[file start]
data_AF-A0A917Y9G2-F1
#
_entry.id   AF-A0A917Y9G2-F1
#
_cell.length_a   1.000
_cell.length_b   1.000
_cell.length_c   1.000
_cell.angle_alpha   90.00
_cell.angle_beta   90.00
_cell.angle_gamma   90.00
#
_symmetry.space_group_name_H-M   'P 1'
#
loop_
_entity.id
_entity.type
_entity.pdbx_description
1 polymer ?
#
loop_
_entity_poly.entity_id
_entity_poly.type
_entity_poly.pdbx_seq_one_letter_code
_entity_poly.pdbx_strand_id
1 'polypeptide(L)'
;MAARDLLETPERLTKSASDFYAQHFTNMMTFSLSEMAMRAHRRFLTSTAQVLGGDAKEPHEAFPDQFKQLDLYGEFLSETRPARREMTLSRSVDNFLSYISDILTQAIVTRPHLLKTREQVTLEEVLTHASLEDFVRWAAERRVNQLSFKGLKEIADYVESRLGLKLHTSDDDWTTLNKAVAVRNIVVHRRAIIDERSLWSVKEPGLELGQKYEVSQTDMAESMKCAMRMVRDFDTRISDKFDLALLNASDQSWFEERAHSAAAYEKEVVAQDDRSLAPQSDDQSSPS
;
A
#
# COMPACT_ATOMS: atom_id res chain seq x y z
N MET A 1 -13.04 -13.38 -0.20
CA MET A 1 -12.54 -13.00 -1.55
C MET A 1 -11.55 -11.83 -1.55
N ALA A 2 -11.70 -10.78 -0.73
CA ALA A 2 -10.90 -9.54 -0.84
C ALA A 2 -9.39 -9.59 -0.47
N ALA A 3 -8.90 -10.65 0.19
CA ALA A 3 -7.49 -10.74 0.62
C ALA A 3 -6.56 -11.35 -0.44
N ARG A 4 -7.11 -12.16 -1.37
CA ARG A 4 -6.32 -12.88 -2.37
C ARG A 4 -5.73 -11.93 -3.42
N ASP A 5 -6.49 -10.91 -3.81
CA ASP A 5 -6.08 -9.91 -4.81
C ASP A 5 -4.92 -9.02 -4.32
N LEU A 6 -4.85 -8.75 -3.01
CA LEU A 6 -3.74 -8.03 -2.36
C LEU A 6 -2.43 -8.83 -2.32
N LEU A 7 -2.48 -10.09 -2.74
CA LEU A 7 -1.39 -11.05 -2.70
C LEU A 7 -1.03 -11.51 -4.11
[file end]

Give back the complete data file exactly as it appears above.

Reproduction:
data_AF-A0A917Y9G2-F1
#
_entry.id   AF-A0A917Y9G2-F1
#
_cell.length_a   1.000
_cell.length_b   1.000
_cell.length_c   1.000
_cell.angle_alpha   90.00
_cell.angle_beta   90.00
_cell.angle_gamma   90.00
#
_symmetry.space_group_name_H-M   'P 1'
#
loop_
_entity.id
_entity.type
_entity.pdbx_description
1 polymer ?
#
loop_
_entity_poly.entity_id
_entity_poly.type
_entity_poly.pdbx_seq_one_letter_code
_entity_poly.pdbx_strand_id
1 'polypeptide(L)'
;MAARDLLETPERLTKSASDFYAQHFTNMMTFSLSEMAMRAHRRFLTSTAQVLGGDAKEPHEAFPDQFKQLDLYGEFLSETRPARREMTLSRSVDNFLSYISDILTQAIVTRPHLLKTREQVTLEEVLTHASLEDFVRWAAERRVNQLSFKGLKEIADYVESRLGLKLHTSDDDWTTLNKAVAVRNIVVHRRAIIDERSLWSVKEPGLELGQKYEVSQTDMAESMKCAMRMVRDFDTRISDKFDLALLNASDQSWFEERAHSAAAYEKEVVAQDDRSLAPQSDDQSSPS
;
A
#
# COMPACT_ATOMS: atom_id res chain seq x y z
N MET A 1 -13.04 -13.38 -0.20
CA MET A 1 -12.54 -13.00 -1.55
C MET A 1 -11.55 -11.83 -1.55
N ALA A 2 -11.70 -10.78 -0.73
CA ALA A 2 -10.90 -9.54 -0.84
C ALA A 2 -9.39 -9.59 -0.47
N ALA A 3 -8.90 -10.65 0.19
CA ALA A 3 -7.49 -10.74 0.62
C ALA A 3 -6.56 -11.35 -0.44
N ARG A 4 -7.11 -12.16 -1.37
CA ARG A 4 -6.32 -12.88 -2.37
C ARG A 4 -5.73 -11.93 -3.42
N ASP A 5 -6.49 -10.91 -3.81
CA ASP A 5 -6.08 -9.91 -4.81
C ASP A 5 -4.92 -9.02 -4.32
N LEU A 6 -4.85 -8.75 -3.01
CA LEU A 6 -3.74 -8.03 -2.36
C LEU A 6 -2.43 -8.83 -2.32
N LEU A 7 -2.48 -10.09 -2.74
CA LEU A 7 -1.39 -11.05 -2.70
C LEU A 7 -1.03 -11.51 -4.11